When President Harry Truman made national health insurance the key domestic issue of his Fair Deal, the American Medical Association converted its state and local medical societies into a political machine.  The message promoted in every venue was that national health insurance was socialized medicine, part of a Communist plot to destroy freedom.  The AMA also mobilized politically to defeat Democratic candidates who supported national health insurance.  Doctors, nurses, dentists and office assistants mailed nearly 200,000 letters endorsing Republican candidates who opposed national health insurance. Physicians also sent personal letters to their patients, explaining that there were “evil forces creeping into this country” and asking them to vote for Republican candidates. In the 1950 election six Democratic senators who had supported national health insurance were defeated.

After Medicare was enacted in 1965, physicians learned that they could live with, and indeed profit from, a government program.  After all, the AMA won concessions guaranteeing that the government would not control doctors’ fees or hospital charges and that private insurers would administer Medicare.  As they receded from the battle’s front lines, the insurance industry assumed a leading role against reform. 

When President Bill Clinton proposed a plan, Health Security, to guarantee universal health care coverage in 1992, a coalition of insurers, corporations, and small business groups mobilized against him. At first it seemed Clinton might have some business allies and even support from some large insurance companies.  But when the details of his plan emerged, his allies turned against him.  The most vehement opponent of Health Security was the Health Insurance Association of America.  The HIAA spent more than $15 million in a multi-faceted advertising campaign, sponsored television commercials lambasting health care reform, and formed “swat teams” to write letters and lobby lawmakers.  The effort produced more than 450 thousand contacts with members of Congress, almost a thousand for each senator and congressman.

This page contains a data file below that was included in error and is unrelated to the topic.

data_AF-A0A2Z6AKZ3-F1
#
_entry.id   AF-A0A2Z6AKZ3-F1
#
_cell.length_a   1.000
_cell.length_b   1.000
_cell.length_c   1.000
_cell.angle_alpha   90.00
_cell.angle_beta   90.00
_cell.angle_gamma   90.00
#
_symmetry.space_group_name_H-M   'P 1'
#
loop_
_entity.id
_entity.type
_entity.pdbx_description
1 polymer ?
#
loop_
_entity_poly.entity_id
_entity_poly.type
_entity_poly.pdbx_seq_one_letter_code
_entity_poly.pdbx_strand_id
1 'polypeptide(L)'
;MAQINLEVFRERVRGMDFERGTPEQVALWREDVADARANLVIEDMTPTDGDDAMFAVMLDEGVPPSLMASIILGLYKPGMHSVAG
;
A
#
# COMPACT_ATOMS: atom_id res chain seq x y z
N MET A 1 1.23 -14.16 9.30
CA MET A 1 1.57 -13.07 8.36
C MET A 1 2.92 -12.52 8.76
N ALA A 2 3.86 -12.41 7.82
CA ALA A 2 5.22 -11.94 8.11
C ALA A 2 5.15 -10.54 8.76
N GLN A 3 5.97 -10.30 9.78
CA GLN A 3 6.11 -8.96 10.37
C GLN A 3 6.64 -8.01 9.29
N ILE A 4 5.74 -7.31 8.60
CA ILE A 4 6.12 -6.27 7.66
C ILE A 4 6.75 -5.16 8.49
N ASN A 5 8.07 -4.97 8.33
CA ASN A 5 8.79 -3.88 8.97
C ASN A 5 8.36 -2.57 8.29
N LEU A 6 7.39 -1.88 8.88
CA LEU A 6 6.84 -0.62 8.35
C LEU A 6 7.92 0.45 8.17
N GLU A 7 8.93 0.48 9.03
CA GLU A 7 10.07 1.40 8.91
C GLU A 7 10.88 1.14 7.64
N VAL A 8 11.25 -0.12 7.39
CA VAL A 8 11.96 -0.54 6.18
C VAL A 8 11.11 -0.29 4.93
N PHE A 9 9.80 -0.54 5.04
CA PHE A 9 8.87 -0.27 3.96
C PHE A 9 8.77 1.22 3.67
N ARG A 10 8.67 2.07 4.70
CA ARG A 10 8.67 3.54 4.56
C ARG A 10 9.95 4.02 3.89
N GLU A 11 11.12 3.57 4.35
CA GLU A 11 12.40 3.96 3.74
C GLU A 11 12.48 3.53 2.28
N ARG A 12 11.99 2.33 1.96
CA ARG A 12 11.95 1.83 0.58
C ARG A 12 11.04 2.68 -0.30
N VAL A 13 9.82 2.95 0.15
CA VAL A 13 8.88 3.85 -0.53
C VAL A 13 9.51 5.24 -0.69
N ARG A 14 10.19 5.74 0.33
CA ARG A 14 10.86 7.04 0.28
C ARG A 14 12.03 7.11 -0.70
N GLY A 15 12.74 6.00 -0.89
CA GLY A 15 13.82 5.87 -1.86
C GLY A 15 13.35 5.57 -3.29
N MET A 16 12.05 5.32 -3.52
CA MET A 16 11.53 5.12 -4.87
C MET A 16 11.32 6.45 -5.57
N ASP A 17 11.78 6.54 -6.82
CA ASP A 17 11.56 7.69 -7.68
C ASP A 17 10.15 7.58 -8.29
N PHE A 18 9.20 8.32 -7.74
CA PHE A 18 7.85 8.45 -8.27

Insurance agents’ organizations also increased their campaign contributions with the largest sums going to members of the House Ways and Means and Senate Finance Committees, which had jurisdiction over health reform.  They found an ally in the National Federation of Independent Businesses whose members vehemently opposed any legislation that might increase taxes or force them to provide coverage.  Overall, the Center for Public Integrity estimated that 650 organizations spent at least $100 million to defeat the Clinton plan. His supporters raised only $15 million. When the first poll was taken on President Clinton’s plan in September of 1993, 59 percent of the public were in favor.  By June of 1994 public support had declined to only 44 percent.

Since the defeat of the Clinton plan, national health insurance has disappeared from the political agenda.  But polls show that health care is a leading concern of the public, second only to the Iraq war.  Still, the 2008 presidential candidates, for the most part, have been cautious about taking a position on health care reform.  Although all agree that universal coverage should be the goal, the devil is in the details.  Republicans are committed to a solution that relies on increased tax incentives to encourage people to purchase private coverage.  Democrats favor a variety of modest measures – individual and employer mandates, allowing people to buy into health care plans that are similar to federal employee plans, expanding the State Health Insurance Program for uninsured children, and increasing regulations on insurance companies. 

Given the lessons of history, candidates are understandably cautious about advocating a program that would wipe the slate clean and truly guarantee universal coverage.  Yet the public should demand that those who claim they have to capacity to lead the nation take a stand on an issue that is so critical to the well-being of every American family.  If they fail to do so, insurance companies and their allies will continue to control the health care system and ensure that those most in need are least able to obtain coverage.